5 Points from Donald Kraybill’s “Amish Riddle” Talk

How do the Amish thrive in a hypermodern society? What life lessons has Donald Kraybill learned from them?

Yesterday, Kraybill addressed these and other questions in his last major address before retirement.

donald-kraybill-keynote
Photo by Suzette Wenger, Lancaster Online

The talk, the keynote speech for Elizabethtown College’s “Scholarship and Creative Arts Days” (described here), was about “unpacking” Amish riddles both large and small.

Lancaster Online’s Tim Stuhldreher was in attendance. Below are five points he picked up from the talk (you can read his report in full here):

  1. They’re not “technologically impaired” – this references a famous line in Weird Al Yankovic’s 1990s parody song “Amish Paradise.” Rather, Amish adapt and select technology to fit specific needs.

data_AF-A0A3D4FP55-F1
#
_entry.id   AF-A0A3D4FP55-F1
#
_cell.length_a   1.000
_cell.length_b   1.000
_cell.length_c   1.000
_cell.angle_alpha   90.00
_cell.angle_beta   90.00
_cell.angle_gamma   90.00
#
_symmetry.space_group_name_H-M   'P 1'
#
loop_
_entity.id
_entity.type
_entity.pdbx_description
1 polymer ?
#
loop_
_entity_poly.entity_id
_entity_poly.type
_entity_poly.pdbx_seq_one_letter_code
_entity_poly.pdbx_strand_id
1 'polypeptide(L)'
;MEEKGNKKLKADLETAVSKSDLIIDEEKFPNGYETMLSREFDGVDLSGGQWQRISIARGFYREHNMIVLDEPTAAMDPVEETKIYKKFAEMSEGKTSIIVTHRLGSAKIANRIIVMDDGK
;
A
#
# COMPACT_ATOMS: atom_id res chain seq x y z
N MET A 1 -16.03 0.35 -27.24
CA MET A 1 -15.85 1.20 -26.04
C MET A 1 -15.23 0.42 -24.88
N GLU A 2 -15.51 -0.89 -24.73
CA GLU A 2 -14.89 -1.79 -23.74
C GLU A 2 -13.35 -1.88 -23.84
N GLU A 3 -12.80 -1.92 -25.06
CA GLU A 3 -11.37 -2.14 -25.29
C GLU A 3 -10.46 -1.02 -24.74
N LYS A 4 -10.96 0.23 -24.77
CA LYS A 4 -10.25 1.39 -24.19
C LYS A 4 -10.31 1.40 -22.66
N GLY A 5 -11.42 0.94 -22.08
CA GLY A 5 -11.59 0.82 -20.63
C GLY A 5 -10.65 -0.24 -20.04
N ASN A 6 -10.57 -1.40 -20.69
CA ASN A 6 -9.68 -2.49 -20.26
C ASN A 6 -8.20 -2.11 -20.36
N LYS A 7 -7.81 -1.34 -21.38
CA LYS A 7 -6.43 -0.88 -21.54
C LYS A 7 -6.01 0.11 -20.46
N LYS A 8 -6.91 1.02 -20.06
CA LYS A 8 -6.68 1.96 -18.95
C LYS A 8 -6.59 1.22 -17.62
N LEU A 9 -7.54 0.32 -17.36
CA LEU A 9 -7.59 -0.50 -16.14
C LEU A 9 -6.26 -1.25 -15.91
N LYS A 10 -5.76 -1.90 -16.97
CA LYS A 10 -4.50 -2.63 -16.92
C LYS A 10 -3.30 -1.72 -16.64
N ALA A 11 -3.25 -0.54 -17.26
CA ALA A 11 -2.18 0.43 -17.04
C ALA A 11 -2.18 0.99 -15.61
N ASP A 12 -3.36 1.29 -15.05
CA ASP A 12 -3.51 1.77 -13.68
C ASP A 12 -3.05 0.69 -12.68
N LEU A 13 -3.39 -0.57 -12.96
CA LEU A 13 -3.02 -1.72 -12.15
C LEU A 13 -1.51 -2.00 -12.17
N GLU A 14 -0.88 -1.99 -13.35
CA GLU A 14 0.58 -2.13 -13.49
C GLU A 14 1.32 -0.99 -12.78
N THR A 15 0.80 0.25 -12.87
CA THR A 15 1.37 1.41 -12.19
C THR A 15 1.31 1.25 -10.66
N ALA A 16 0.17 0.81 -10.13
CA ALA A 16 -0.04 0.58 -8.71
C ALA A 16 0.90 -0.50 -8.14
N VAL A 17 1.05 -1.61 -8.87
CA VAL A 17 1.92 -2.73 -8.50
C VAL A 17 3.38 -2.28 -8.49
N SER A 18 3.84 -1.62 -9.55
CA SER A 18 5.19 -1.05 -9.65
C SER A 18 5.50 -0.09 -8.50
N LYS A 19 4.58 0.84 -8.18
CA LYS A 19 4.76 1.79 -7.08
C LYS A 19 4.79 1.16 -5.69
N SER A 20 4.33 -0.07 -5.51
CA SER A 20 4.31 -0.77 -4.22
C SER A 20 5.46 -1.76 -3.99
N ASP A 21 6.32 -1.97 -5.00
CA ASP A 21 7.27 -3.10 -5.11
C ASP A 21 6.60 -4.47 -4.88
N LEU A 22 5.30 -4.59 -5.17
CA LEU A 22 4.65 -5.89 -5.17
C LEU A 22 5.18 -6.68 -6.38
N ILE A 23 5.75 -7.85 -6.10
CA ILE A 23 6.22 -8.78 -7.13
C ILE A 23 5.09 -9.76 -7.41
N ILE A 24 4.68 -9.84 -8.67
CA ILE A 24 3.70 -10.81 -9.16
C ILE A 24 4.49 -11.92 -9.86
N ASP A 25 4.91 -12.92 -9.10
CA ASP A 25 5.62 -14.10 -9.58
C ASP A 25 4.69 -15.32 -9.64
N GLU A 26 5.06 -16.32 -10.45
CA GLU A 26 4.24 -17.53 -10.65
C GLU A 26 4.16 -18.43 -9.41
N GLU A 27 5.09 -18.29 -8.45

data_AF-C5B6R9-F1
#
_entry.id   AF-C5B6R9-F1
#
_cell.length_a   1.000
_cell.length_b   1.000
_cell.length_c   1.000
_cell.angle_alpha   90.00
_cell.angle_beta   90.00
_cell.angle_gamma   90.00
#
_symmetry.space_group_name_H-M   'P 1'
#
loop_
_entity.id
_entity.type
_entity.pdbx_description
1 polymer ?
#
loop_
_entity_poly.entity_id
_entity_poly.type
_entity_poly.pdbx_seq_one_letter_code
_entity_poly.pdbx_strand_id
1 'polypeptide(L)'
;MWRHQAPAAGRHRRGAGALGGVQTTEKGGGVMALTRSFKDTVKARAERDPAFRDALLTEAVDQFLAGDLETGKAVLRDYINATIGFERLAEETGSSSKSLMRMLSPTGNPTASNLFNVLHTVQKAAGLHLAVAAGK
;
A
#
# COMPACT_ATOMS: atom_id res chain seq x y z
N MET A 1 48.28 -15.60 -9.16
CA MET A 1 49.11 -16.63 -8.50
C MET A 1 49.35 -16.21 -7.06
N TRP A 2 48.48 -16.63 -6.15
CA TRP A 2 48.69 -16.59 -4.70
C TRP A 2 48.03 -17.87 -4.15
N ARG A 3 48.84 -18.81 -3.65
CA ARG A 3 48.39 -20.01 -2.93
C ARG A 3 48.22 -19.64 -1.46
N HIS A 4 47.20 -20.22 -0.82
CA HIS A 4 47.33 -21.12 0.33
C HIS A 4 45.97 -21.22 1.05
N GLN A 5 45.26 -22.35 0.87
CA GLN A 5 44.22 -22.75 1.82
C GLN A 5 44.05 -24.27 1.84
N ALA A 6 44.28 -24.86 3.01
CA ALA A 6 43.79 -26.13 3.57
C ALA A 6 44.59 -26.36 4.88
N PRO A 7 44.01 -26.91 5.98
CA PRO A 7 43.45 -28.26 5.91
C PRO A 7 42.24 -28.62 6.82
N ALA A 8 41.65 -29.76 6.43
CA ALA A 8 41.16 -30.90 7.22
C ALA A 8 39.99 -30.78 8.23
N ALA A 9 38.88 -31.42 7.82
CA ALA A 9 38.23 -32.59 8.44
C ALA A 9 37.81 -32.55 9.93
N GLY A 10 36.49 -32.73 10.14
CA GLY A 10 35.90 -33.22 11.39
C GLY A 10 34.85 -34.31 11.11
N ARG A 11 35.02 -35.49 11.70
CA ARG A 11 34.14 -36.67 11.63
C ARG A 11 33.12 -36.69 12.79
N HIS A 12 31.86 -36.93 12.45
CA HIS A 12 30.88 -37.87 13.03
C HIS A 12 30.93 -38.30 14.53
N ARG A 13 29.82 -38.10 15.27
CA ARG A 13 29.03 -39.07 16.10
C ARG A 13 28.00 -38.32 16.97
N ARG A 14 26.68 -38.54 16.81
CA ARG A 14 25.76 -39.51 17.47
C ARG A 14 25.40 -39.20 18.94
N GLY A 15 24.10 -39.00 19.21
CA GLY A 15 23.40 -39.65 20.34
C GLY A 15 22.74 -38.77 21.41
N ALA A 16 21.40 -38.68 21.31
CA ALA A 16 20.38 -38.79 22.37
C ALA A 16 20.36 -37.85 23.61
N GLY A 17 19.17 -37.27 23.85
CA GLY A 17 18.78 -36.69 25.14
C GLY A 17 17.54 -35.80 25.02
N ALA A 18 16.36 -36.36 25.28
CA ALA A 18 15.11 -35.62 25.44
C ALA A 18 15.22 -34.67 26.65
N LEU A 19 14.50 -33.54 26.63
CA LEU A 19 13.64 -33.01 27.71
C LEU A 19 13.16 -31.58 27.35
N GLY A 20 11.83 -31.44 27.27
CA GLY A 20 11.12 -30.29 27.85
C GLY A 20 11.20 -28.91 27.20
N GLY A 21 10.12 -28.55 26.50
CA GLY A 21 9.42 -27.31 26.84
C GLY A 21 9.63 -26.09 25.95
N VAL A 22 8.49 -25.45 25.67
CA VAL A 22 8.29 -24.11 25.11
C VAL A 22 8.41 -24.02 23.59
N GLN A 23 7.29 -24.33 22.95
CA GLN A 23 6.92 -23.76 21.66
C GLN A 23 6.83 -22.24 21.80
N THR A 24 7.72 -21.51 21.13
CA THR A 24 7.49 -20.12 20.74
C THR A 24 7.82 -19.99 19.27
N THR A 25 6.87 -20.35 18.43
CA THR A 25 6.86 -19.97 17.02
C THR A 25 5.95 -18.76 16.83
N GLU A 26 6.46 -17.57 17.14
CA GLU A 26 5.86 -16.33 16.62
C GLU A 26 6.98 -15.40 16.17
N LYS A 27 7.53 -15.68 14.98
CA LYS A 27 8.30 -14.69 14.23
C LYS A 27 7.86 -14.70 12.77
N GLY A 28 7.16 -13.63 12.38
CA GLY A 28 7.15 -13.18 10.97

2. Amish lack hierarchy – Over 2,200 Amish churches in 30 states & Canada, but no elaborate hierarchy over everything. Yet it still somehow works.
  3. We’re not all Amish…and that’s good – We’d be missing many things of great value from the worlds of science and art.
  4. Yet Amish life is highly attractive – Outsiders admire the importance of family, stability, and pace of life. Too much choice creates anxiety.
  5. Lessons for life –  Kraybill described things he personally had gained from studying the Amish. These include greater caution over technology, and “a genuine sense of humility.”

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    9 Comments

    1. Al in Ky

      I enjoyed this post, and through reading Stuhldreher’s full report, learned a phrase from Kraybill I will remember: “They (the Amish) negotiate with modernity”. This will be helpful when trying to explain certain aspects of Amish life to non-Amish who think Amish have totally rejected modern culture.

      1. On that note you probably caught this bit in the article: